Absent tolling of the statute of limitations, Long had to file his action no later than two years after his causes of action accrued, or August 20, 2013. (Code Civ. Proc., § 335.1.) The operative complaint indicates Long filed his first federal action on June 25, 2013, just under two months before the statute of limitations on his state claims expired. Thus, if we apply Artis to the facts as plead in the operative complaint in this case, rather than the "contentions, deductions or conclusions of fact or law," once the federal court dismissed Long's first federal action on October 23, 2013, the remaining two months of the statute of limitations began running again 30 days after the court dismissed the action, such that the deadline was, at the latest, on or about January 22, 2014. Long did not file his second federal action until April 17, 2014, after the statute of limitations had already run. That the district court dismissed his first federal action without prejudice does not render his second federal action timely; the second federal action does not relate back to the first, as it is a complaint initiating a new action, rather than amending a prior complaint. (Fed. Rules Civ. Proc., rule 15(c)(1), 28 U.S.C.; O'Donnell v. Vencor Inc. (9th Cir. 2006) 466 F.3d 1104, 1111.)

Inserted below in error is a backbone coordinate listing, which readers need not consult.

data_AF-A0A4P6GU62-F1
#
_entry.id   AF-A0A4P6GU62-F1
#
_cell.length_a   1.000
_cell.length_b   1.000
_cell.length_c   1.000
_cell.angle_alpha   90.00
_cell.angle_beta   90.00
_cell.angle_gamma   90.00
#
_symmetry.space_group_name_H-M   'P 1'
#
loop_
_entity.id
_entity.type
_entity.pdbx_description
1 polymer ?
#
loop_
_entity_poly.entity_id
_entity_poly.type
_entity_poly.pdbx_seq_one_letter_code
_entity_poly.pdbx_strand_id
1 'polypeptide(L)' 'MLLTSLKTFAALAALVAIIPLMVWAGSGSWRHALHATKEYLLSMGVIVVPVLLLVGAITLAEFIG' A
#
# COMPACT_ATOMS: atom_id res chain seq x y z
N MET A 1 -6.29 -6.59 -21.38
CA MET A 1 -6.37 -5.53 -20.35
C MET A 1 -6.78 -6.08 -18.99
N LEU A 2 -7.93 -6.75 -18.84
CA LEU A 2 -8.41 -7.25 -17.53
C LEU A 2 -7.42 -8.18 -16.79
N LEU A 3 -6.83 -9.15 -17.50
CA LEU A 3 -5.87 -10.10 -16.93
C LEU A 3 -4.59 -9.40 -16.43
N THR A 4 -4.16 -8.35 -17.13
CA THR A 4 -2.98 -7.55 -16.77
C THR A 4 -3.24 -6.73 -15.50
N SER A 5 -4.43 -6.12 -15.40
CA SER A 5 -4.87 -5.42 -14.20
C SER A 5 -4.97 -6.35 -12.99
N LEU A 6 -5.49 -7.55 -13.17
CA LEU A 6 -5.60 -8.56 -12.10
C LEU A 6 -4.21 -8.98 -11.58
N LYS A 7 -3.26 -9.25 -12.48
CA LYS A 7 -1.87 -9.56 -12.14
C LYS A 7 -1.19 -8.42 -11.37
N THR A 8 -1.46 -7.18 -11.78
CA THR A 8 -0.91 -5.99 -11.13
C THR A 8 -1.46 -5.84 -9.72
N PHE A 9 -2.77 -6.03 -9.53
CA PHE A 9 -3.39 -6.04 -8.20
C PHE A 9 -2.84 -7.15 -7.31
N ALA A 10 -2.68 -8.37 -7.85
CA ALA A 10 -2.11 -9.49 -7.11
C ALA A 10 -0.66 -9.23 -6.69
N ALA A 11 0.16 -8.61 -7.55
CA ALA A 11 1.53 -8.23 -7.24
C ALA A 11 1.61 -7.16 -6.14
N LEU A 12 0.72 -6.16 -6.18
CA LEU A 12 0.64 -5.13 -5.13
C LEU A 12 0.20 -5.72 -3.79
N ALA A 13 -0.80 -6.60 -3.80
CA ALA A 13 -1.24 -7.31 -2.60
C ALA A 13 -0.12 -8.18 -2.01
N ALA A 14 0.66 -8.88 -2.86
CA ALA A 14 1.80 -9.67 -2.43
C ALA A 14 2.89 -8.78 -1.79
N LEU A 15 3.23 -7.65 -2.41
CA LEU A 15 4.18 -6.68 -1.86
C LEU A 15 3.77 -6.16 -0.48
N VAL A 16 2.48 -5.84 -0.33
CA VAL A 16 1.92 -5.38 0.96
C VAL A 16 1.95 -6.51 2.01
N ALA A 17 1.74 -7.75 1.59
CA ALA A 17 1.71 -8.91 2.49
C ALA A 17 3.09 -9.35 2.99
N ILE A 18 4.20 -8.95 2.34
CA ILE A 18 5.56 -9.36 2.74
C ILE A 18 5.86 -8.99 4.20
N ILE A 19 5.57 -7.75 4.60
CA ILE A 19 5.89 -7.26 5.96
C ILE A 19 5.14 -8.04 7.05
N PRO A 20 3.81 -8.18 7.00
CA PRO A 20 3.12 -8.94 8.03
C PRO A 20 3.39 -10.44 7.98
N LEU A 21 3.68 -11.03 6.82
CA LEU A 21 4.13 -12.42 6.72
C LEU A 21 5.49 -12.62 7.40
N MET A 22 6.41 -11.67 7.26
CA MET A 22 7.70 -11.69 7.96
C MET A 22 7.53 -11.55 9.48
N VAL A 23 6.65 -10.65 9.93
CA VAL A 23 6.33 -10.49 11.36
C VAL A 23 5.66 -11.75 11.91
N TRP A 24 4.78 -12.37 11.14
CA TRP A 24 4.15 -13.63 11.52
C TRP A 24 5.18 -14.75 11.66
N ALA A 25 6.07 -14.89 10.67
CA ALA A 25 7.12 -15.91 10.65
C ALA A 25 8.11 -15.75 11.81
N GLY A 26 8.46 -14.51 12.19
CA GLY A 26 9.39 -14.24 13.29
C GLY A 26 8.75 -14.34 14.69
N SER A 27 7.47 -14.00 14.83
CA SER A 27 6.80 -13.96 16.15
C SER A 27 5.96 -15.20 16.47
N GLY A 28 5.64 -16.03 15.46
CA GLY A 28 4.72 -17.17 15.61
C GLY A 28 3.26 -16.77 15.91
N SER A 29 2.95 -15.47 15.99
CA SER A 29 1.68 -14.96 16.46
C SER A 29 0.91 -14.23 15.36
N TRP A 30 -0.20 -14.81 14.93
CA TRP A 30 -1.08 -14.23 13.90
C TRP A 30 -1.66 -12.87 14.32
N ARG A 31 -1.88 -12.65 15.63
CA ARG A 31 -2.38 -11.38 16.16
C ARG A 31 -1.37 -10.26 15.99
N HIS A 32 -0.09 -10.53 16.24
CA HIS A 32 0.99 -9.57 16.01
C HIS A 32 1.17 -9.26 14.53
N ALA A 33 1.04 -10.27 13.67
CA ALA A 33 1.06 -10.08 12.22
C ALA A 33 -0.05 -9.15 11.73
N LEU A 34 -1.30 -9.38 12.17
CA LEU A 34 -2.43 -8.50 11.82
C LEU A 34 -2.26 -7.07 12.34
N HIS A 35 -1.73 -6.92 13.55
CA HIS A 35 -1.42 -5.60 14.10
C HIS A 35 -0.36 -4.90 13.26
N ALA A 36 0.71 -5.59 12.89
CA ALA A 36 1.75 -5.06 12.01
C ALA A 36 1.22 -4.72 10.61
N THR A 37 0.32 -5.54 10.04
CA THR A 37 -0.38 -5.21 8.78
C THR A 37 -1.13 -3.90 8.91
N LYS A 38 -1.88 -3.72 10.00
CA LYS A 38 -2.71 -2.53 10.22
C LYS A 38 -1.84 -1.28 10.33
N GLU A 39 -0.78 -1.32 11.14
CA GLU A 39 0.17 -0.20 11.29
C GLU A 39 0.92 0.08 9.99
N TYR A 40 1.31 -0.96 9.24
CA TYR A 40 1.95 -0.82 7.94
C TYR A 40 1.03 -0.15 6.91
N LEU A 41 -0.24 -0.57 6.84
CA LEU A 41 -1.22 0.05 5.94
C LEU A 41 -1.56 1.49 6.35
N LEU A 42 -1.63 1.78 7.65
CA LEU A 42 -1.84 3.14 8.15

Although Long asserts otherwise, this defect is clear from the facts as pled in the operative complaint in the Santa Clara County case. His causes of action accrued on August 20, 2011, the date he was shot. He filed his first federal case on June 25, 2013; the district court dismissed that case without prejudice on October 23, 2013. Rather than filing an amended complaint in the first federal action, Long filed a second, separate federal case on April 17, 2014, after the statute of limitations for the state causes of actions had run. While Long alleges he "timely filed" the Santa Clara County case "as required by" section 1367(d), that is a contention, deduction, or conclusion of law or fact, rather than a fact itself. On review, we are not required to accept such a conclusion. (Long, supra, 33 Cal.App.5th at p. 554.)